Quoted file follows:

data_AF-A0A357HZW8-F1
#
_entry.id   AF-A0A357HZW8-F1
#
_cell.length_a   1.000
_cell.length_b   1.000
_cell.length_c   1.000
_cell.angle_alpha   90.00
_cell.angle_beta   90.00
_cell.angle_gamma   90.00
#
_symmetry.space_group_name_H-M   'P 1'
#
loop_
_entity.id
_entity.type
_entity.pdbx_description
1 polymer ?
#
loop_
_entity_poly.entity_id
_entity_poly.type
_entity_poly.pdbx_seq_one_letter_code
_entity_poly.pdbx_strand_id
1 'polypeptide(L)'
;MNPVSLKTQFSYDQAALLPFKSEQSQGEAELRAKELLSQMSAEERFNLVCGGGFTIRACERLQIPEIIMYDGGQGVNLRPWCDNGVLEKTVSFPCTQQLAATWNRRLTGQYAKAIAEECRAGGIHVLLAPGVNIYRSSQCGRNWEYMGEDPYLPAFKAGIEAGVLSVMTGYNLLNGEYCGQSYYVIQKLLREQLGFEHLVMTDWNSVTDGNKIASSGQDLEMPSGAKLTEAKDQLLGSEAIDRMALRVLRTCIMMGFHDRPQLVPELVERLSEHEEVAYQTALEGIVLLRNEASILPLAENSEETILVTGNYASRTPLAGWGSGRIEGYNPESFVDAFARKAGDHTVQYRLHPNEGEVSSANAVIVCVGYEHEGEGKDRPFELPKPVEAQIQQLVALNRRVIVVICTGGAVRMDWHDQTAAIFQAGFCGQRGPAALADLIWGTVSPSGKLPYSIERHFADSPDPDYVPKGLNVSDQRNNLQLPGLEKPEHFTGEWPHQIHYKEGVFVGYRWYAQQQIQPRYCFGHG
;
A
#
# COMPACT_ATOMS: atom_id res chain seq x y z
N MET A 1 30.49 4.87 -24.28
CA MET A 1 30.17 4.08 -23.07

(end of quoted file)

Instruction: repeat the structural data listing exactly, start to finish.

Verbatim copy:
data_AF-A0A357HZW8-F1
#
_entry.id   AF-A0A357HZW8-F1
#
_cell.length_a   1.000
_cell.length_b   1.000
_cell.length_c   1.000
_cell.angle_alpha   90.00
_cell.angle_beta   90.00
_cell.angle_gamma   90.00
#
_symmetry.space_group_name_H-M   'P 1'
#
loop_
_entity.id
_entity.type
_entity.pdbx_description
1 polymer ?
#
loop_
_entity_poly.entity_id
_entity_poly.type
_entity_poly.pdbx_seq_one_letter_code
_entity_poly.pdbx_strand_id
1 'polypeptide(L)'
;MNPVSLKTQFSYDQAALLPFKSEQSQGEAELRAKELLSQMSAEERFNLVCGGGFTIRACERLQIPEIIMYDGGQGVNLRPWCDNGVLEKTVSFPCTQQLAATWNRRLTGQYAKAIAEECRAGGIHVLLAPGVNIYRSSQCGRNWEYMGEDPYLPAFKAGIEAGVLSVMTGYNLLNGEYCGQSYYVIQKLLREQLGFEHLVMTDWNSVTDGNKIASSGQDLEMPSGAKLTEAKDQLLGSEAIDRMALRVLRTCIMMGFHDRPQLVPELVERLSEHEEVAYQTALEGIVLLRNEASILPLAENSEETILVTGNYASRTPLAGWGSGRIEGYNPESFVDAFARKAGDHTVQYRLHPNEGEVSSANAVIVCVGYEHEGEGKDRPFELPKPVEAQIQQLVALNRRVIVVICTGGAVRMDWHDQTAAIFQAGFCGQRGPAALADLIWGTVSPSGKLPYSIERHFADSPDPDYVPKGLNVSDQRNNLQLPGLEKPEHFTGEWPHQIHYKEGVFVGYRWYAQQQIQPRYCFGHG
;
A
#
# COMPACT_ATOMS: atom_id res chain seq x y z
N MET A 1 30.49 4.87 -24.28
CA MET A 1 30.17 4.08 -23.07